Why so few women coaches in WNBA?
A response to Christian Science Monitor’s Ross Atkin
Readers hardly accept every word inscribed in this space as the sports gospel, so their comments are always welcome, especially ones as insightful as those from Helen Wheelock of N.Y. Helen wrote in about a “We’re Just Fans” blog that carried the headline “WNBA reaches double digits, but where are the women coaches?”
Ms. Wheelock calls herself a fan of and writer about women’s basketball. As such, she applauded the coverage of the women’s game, which she contributes greatly to by maintaining Women’s Basketball Online (“the most comprehensive women’s basketball site on the net”).
Still, she wished I’d dug deeper into why only three of this season’s 14 WNBA head coaches are women. She said that I’d touched on a “very complicated and rich issue.” I invited her to elaborate, and here’s her response:
In 1997, seven of the eight teams participating in the WNBA’s inaugural season had women head coaches, and all of the coaches were drawn from the women’s college basketball coaching ranks. But you didn’t have the elite of the elite – the Pat Summitts, Marsha Sharps, or Jody Conradts – applying for jobs. No surprise, really. Why on earth would they leave the security and stability of their successful fiefdoms for the uncertainty of a pro league?
Even a decade later that question lingers. And as the merry-go-round that is the WNBA head coach position (for both men and women) continues, it is a reflection of the new frontier that is coaching women’s professional basketball.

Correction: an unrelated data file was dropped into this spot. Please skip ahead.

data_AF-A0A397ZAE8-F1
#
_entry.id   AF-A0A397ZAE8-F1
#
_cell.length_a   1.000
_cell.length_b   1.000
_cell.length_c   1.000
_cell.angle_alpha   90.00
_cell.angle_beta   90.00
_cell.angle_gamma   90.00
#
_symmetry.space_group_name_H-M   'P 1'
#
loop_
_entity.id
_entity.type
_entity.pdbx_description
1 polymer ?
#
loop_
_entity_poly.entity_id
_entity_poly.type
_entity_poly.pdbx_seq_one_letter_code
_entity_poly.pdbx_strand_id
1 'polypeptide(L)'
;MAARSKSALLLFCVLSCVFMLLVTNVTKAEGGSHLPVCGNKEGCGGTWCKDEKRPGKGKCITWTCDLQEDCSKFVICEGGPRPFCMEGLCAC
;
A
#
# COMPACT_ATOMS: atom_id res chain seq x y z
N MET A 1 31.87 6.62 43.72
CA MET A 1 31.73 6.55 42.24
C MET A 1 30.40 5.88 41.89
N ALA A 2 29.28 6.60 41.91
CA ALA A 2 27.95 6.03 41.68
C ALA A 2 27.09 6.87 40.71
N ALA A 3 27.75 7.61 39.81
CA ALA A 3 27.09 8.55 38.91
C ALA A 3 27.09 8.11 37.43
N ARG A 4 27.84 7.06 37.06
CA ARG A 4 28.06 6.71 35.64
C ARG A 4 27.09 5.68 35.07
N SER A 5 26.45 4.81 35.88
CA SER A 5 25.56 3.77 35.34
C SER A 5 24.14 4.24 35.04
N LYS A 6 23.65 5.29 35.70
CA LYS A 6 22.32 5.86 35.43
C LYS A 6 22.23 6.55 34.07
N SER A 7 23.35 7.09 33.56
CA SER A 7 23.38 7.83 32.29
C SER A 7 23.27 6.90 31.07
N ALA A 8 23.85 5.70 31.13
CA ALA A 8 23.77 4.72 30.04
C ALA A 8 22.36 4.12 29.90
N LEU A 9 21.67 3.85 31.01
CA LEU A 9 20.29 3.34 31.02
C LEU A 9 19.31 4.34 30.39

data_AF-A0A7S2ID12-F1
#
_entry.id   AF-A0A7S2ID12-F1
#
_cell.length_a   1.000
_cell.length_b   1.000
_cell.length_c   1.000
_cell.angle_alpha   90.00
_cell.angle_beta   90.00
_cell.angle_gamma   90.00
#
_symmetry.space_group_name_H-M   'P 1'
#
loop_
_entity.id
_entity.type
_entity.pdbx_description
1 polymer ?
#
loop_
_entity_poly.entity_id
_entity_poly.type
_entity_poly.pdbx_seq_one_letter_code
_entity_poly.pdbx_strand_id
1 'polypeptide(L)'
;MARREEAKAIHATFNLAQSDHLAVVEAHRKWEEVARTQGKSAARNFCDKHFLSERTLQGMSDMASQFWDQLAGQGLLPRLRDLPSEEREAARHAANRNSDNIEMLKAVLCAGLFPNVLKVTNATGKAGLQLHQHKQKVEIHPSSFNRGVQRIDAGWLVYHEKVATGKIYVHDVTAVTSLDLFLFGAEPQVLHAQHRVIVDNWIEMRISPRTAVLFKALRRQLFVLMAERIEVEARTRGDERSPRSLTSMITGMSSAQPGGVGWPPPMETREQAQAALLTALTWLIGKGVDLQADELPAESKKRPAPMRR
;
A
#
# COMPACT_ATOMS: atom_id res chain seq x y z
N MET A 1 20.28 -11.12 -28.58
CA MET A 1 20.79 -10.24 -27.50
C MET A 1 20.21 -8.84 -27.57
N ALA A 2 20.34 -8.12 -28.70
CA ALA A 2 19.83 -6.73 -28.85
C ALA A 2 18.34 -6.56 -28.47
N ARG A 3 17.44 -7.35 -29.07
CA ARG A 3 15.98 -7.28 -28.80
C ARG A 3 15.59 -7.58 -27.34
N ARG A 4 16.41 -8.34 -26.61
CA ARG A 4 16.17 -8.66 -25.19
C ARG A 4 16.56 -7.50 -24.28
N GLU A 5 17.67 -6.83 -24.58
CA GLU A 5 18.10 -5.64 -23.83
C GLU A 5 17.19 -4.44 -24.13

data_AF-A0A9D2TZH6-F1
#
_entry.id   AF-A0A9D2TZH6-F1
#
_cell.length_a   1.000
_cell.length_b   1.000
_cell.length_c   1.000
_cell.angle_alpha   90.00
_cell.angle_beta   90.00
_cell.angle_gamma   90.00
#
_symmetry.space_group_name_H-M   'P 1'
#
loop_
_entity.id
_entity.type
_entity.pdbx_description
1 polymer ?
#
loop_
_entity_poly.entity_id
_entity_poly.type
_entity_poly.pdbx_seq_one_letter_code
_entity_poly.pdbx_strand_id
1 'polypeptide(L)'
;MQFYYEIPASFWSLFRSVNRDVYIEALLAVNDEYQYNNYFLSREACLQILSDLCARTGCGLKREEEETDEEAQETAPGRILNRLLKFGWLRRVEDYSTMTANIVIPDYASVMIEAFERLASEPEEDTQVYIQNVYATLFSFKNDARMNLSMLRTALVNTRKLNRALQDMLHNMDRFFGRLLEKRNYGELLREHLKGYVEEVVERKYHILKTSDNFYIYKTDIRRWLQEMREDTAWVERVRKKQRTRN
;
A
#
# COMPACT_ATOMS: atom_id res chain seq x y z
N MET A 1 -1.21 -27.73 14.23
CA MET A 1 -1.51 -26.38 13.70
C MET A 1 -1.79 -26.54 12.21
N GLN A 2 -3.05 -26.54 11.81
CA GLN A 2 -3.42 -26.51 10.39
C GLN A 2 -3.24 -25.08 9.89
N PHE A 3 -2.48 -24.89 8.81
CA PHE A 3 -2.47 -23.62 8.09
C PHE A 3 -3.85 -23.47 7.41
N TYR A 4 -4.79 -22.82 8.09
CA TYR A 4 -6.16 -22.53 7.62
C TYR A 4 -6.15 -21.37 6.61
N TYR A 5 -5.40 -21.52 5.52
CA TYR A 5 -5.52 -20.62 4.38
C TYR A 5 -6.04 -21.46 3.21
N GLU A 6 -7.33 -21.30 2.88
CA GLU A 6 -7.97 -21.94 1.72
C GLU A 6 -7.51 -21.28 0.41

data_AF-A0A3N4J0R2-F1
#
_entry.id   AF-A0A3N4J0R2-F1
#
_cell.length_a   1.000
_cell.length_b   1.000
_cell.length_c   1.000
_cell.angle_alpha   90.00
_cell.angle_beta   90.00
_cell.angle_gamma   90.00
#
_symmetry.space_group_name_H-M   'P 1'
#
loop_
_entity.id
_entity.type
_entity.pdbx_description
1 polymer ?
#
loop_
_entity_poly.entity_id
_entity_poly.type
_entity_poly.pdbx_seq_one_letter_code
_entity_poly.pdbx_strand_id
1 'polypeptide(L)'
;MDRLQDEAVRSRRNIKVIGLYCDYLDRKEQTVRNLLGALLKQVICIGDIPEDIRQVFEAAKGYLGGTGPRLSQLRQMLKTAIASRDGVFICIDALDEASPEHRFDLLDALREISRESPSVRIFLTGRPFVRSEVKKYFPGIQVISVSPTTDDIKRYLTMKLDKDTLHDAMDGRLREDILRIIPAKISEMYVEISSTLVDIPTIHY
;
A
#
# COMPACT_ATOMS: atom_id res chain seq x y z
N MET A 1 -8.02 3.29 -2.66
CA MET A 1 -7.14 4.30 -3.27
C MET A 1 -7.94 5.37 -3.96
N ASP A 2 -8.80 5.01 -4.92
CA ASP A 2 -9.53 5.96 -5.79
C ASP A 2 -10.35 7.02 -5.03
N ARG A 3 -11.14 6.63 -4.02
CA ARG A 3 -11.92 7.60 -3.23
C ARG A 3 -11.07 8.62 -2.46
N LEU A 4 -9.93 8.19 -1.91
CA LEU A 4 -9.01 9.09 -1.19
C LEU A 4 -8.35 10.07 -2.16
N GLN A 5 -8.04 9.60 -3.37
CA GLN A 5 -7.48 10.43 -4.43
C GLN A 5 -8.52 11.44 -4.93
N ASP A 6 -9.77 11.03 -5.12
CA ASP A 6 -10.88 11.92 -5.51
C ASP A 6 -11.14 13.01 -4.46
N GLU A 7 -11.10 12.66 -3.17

Elite college coaches can get a hefty, long-term contract with snazzy perks (Kristy Curry, formerly of Purdue, will earn a base salary of $425,000 as Sharp’s successor at Texas Tech). The budget-conscious WNBA can’t come close to matching that. While winning is important to a school, the concept of “building a program for the future” is understood. Like its brother organization, the NBA, there’s little patience for that in the WNBA.
College teams travel across the country in first-class seats, while coaches have all but year-round access to their athletes. In the WNBA, it’s economy class all the way, and a coach is lucky to see all his or her players for the entire two-week preseason camps. The WNBA squeezes 34 games into three months, while the college coach guides teams though a 30-game regular seaon spread over five months. Conference championships and the NCAA provide opportunities for success, as opposed to the WNBA, where the 14-team league can make every game a “must win” situtation.
A college team might survive a player’s injury, but at the pro level, an injury can have seismic implications. Equally unsettling, a pro coach can find her once-promising lineup decimated because a player decides to stay in Europe to earn more money.
Add in all the differences between coaching the college athlete vs. the pro athlete and it becomes clearer why, even though opportunities exist for female coaches in the WNBA, those most suited to the job might be reluctant to step forward.
That being said, the Institute for Diversity and Ethics in Sport did give the WNBA top marks in its annual racial and gender diversity report card. Equally significant? The 14 female WNBA assistant coaches who are displaying a commitment to working at the pro level.
The pool of professional female coaches is expanding – too slowly for many tastes – but, as they say, good things come to those who wait. The WNBA doesn’t yet have the money or status of the NBA. But, to be fair, the NBA has a 40-year head start.
– Helen Wheelock
Helen Wheelock’s website can be found athttp://womensbasketballonline.com.